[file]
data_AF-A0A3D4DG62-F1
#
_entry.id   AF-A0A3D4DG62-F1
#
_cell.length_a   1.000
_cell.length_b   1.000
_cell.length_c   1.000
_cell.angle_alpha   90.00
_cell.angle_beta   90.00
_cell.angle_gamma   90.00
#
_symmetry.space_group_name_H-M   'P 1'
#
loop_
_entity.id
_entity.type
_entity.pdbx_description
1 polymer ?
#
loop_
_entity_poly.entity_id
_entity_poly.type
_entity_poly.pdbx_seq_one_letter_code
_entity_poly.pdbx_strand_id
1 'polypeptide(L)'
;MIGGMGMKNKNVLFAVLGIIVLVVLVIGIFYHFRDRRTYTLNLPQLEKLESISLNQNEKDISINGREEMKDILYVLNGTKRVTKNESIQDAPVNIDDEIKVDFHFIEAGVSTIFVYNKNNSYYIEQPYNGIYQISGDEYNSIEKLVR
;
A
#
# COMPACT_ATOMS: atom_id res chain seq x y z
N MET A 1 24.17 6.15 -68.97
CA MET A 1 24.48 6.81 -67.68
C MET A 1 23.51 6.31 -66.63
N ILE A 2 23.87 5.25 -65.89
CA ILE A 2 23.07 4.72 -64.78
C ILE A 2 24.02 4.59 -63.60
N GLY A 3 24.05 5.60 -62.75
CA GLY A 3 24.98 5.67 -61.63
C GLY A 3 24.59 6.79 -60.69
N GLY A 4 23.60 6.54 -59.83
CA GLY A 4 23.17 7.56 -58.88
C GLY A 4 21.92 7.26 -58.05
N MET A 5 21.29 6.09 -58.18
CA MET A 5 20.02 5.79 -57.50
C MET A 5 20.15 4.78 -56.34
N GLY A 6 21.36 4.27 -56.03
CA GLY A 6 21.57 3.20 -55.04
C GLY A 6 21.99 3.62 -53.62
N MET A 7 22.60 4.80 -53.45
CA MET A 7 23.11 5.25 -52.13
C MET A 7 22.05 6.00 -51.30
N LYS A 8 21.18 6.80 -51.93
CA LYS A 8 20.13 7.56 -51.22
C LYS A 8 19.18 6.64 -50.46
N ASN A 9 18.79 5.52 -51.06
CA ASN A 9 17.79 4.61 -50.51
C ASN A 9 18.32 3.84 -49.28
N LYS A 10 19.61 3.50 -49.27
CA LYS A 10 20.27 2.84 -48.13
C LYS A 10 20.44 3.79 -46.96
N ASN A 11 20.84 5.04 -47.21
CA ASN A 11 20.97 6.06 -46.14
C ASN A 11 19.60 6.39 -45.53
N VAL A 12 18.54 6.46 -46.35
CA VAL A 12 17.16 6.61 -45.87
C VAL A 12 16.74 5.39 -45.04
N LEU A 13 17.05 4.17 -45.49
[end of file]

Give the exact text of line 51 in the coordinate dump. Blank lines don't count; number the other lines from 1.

C MET A 7 22.05 6.00 -51.30